Kensington Aldridge Academy

What is this page?

We are, a schools information website. This page is one of our school directory pages. This is not the website of Kensington Aldridge Academy.

What is Locrating?

Locrating is the UK's most popular and trusted school guide; it allows you to view inspection reports, admissions data, exam results, catchment areas, league tables, school reviews, neighbourhood information, carry out school comparisons and much more. Below is some useful summary information regarding Kensington Aldridge Academy.

To see all our data you need to click the blue button at the bottom of this page to view Kensington Aldridge Academy on our interactive map.

About Kensington Aldridge Academy

Name Kensington Aldridge Academy
Ofsted Inspections
Ms Anna Jordan
Address 1 Silchester Road, London, W10 6EX
Phone Number 02073135800
Phase Academy
Type Academy sponsor led
Age Range 11-18
Religious Character None
Gender Mixed
Number of Pupils 1281
Local Authority Kensington and Chelsea
Highlights from Latest Inspection


Kensington Aldridge Academy continues to be an outstanding school.

The principal of this school is Anna Jordan.

This school is a single academy trust. The trust is overseen by a board of trustees, chaired by Paul Fletcher.

What is it like to attend this school?

Pupils receive an exceptional education at this school.

Pupils flourish because the school has high academic ambitions for all pupils, including those with special educational needs and/or disabilities (SEND). The school creates a thirst for learning and is driven by its motto 'intrepidus': boldly encouraging pupils to take risks without fear. This ethos builds both resilience and creativity.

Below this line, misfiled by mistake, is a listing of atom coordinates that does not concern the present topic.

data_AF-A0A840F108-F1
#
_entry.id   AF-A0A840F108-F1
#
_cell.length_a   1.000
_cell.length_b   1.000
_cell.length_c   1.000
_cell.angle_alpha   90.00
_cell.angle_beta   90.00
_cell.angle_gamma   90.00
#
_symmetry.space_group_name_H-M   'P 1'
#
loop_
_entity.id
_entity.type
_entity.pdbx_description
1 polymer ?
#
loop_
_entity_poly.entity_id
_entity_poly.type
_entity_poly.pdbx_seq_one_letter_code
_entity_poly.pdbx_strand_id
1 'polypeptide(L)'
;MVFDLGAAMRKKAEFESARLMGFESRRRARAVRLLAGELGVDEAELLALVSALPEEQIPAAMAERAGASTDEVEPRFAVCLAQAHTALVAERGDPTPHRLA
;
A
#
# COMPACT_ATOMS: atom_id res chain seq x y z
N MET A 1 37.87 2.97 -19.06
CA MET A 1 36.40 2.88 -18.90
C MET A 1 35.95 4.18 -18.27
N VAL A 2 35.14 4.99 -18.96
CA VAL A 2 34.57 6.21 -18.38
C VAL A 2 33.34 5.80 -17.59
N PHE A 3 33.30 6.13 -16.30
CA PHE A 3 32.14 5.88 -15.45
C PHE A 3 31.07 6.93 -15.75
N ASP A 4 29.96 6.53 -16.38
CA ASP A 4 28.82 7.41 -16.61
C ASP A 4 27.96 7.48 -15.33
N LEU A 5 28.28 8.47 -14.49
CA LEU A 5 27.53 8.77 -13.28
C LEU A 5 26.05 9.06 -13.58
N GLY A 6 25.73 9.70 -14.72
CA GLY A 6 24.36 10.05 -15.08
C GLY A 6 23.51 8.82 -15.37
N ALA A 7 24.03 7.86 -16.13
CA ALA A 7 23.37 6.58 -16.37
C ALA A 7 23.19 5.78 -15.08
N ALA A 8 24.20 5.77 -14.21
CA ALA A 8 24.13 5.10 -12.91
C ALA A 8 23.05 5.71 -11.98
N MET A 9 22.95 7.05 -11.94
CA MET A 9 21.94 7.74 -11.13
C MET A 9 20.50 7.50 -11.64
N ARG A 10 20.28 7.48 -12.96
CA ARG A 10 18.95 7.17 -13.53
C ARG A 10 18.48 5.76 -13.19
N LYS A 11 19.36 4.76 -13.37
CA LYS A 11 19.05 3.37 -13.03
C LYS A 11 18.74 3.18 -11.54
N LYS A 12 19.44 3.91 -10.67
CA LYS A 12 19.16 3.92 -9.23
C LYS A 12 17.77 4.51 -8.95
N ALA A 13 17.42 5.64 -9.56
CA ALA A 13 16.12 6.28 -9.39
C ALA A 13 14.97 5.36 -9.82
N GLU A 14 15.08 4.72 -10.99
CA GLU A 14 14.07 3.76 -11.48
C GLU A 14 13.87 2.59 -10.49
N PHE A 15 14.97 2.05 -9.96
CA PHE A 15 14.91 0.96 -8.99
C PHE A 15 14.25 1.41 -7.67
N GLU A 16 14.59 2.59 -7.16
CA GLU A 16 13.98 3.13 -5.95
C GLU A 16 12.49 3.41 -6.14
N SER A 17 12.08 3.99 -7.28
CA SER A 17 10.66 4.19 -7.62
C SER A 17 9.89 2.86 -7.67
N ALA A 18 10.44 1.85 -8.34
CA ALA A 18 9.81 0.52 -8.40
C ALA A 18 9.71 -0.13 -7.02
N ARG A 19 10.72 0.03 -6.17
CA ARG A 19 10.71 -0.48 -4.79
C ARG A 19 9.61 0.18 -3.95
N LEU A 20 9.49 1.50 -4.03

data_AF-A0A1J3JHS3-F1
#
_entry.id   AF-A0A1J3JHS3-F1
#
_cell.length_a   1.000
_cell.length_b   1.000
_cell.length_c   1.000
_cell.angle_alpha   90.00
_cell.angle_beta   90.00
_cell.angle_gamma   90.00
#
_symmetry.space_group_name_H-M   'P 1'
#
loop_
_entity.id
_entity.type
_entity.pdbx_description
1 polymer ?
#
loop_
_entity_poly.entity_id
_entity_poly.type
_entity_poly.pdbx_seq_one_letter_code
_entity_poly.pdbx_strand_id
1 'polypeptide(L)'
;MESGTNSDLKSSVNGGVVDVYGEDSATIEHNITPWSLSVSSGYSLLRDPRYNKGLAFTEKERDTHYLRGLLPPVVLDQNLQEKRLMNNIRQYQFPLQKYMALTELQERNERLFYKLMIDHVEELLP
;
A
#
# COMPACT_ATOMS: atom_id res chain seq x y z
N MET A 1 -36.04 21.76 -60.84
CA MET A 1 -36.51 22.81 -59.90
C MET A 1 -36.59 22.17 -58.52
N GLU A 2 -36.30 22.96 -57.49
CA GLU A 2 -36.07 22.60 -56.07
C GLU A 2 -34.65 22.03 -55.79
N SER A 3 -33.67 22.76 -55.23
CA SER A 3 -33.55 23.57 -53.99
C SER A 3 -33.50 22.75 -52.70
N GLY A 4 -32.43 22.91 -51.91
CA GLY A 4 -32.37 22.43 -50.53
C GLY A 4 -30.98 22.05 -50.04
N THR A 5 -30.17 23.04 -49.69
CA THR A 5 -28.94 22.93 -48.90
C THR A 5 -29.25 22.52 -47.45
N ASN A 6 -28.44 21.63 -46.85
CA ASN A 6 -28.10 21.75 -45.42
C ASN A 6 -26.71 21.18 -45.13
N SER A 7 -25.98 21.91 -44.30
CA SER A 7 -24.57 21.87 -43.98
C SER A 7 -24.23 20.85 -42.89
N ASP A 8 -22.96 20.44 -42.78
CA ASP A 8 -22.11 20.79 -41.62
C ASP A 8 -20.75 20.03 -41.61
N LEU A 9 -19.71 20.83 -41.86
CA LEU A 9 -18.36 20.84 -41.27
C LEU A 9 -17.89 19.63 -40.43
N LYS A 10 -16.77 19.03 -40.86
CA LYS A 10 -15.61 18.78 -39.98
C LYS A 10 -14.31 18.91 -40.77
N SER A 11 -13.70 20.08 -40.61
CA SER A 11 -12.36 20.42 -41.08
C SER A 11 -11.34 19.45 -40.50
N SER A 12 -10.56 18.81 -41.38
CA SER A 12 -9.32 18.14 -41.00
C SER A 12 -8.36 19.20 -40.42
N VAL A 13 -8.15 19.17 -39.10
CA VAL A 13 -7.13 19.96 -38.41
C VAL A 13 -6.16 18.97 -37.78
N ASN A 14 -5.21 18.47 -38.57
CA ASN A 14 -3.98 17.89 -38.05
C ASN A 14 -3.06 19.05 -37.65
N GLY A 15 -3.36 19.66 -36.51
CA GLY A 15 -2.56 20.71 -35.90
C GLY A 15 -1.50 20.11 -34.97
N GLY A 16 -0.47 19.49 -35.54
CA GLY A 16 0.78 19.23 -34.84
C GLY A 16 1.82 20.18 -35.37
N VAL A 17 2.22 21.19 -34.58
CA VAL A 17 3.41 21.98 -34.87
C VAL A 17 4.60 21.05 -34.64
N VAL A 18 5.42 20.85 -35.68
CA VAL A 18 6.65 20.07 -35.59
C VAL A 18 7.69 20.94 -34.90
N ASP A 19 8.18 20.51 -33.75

Staff... and pupils are proud of their school. The school has fostered a strong community that is welcoming and warm. The school is led with both sensitivity and determination, building a vibrant school in which pupils excel.

Staff have consistently high expectations of pupils' behaviour. Pupils behave very well and are committed to their learning. They are courteous and respectful to each other and adults.

Where pupils struggle, the school takes prompt and effective action to support them. Sixth form students take an active role in mentoring younger pupils and endeavour to be role models for their peers.

The school provides an array of opportunities to develop pupils' character.

Pupils engage in fundraising activities, support the local food bank and take part in a wide range of trips and clubs. Many pupils take on leadership responsibilities by becoming prefects, joining the school council or becoming 'student technicians'. Pupils are safe at the school and attend well.

What does the school do well and what does it need to do better?

The school provides a curriculum that is ambitious and sharply focused on making learning memorable. Teachers set purposeful activities that deepen and consolidate learning. Knowledge is logically sequenced, so pupils return to, practise and embed key concepts.

For example, in English younger pupils learn about social responsibility, political satire and Victorian London through their study of the traditional text 'Animal Farm' and the more modern 'Ruby in the Smoke' to provide a strong foundation for their study of GCSE texts.

Teachers have a strong subject knowledge. They think carefully about what is learned and when.